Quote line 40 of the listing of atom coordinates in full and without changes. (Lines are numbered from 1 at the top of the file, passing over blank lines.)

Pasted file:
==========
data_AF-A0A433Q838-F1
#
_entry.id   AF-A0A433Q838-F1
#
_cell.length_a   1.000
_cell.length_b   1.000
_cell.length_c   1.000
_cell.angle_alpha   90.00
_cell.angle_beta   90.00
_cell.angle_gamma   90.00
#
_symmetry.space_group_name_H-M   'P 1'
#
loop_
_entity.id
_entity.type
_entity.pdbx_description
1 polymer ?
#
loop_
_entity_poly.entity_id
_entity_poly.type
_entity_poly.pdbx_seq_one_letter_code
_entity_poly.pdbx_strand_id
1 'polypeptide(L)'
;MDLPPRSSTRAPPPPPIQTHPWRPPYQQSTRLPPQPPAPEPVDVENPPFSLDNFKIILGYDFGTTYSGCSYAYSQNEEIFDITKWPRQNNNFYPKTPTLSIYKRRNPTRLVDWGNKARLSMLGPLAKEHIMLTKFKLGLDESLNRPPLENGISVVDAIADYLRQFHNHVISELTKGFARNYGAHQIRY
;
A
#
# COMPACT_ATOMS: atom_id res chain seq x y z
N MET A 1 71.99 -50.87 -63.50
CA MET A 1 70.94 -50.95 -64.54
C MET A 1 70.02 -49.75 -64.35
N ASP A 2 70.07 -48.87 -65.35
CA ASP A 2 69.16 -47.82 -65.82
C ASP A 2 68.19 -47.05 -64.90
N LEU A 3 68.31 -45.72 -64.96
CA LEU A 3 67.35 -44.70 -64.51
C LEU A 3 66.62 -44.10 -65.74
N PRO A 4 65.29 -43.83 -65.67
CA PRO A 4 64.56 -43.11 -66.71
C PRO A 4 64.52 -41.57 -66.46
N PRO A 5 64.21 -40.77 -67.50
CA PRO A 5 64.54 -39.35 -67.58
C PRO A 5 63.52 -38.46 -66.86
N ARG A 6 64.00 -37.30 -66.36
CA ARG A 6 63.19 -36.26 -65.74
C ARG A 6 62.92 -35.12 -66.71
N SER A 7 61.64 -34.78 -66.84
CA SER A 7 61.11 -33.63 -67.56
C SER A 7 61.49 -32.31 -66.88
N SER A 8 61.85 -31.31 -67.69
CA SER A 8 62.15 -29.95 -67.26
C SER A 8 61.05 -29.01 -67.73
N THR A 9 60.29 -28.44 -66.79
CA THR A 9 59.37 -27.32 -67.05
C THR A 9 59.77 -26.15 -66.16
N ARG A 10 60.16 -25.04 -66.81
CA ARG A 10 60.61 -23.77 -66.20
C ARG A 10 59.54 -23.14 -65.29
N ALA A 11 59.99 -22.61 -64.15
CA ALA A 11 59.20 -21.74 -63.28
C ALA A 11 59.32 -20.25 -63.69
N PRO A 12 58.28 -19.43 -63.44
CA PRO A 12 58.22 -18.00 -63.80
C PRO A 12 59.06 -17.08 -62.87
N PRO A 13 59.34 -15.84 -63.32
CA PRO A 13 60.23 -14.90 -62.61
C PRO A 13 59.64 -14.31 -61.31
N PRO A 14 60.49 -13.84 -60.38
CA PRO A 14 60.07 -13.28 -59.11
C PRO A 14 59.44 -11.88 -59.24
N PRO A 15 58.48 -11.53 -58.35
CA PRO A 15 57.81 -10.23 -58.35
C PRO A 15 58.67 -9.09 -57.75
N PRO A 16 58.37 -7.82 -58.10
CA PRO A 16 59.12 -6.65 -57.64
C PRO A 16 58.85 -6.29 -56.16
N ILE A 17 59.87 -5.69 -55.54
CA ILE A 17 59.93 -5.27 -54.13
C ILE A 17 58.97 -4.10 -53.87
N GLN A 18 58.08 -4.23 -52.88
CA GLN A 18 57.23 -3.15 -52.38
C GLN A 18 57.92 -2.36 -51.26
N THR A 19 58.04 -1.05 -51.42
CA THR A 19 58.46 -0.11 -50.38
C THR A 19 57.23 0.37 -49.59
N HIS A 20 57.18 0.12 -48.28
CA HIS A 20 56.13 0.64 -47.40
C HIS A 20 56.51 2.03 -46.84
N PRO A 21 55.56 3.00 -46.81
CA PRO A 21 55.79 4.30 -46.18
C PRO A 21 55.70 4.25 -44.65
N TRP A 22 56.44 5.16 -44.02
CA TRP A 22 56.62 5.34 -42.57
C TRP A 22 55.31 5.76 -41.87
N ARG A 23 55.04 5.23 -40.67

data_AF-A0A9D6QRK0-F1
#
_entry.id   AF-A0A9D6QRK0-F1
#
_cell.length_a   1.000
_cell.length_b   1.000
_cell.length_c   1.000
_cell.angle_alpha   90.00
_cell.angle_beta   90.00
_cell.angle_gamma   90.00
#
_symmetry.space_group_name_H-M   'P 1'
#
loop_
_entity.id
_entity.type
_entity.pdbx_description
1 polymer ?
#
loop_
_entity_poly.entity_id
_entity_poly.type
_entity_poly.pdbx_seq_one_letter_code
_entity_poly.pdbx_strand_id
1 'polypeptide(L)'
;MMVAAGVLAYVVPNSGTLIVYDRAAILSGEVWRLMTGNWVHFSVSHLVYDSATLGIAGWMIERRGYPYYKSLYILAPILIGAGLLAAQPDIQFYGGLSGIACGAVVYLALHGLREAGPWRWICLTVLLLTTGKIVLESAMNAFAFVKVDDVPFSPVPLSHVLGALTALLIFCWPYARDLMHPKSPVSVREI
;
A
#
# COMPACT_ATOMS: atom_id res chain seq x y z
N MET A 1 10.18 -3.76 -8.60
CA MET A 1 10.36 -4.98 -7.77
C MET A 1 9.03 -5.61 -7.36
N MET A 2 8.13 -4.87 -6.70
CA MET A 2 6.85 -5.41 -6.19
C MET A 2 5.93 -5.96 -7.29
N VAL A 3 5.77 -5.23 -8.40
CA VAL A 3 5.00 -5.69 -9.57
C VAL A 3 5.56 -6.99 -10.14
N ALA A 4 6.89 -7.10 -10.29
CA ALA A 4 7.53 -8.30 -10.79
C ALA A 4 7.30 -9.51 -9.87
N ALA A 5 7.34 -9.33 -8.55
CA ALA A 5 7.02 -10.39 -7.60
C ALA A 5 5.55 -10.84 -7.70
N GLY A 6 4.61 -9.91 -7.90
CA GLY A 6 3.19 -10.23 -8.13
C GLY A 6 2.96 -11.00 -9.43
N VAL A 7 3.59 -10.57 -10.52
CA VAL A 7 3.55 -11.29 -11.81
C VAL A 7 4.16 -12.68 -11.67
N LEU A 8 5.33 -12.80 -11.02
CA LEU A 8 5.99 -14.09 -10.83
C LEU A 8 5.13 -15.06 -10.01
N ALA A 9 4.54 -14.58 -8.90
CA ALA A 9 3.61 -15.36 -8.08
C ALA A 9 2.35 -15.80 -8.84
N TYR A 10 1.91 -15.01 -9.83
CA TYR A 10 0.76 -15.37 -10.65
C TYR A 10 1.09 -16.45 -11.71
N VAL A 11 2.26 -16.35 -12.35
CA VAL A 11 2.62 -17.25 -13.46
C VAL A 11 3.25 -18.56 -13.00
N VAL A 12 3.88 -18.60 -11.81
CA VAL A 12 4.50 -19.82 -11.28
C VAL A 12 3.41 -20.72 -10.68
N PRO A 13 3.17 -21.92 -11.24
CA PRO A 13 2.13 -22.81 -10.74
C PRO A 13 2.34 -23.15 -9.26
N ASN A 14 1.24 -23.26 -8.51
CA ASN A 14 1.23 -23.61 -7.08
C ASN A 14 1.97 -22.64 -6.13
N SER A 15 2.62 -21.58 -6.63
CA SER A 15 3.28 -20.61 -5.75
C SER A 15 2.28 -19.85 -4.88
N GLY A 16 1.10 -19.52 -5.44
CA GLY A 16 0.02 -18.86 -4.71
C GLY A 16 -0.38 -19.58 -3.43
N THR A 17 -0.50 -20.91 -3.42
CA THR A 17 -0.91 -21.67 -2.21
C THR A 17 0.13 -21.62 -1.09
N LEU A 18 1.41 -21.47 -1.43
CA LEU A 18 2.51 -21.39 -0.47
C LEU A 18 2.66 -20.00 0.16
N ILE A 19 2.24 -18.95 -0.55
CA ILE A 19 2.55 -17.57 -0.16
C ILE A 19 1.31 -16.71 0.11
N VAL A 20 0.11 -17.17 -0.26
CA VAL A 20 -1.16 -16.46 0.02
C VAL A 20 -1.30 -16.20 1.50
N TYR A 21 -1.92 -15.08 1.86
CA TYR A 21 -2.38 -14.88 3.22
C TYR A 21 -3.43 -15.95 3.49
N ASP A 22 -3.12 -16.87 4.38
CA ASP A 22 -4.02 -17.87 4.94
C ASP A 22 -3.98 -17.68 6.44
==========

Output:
N PRO A 4 65.29 -43.83 -65.67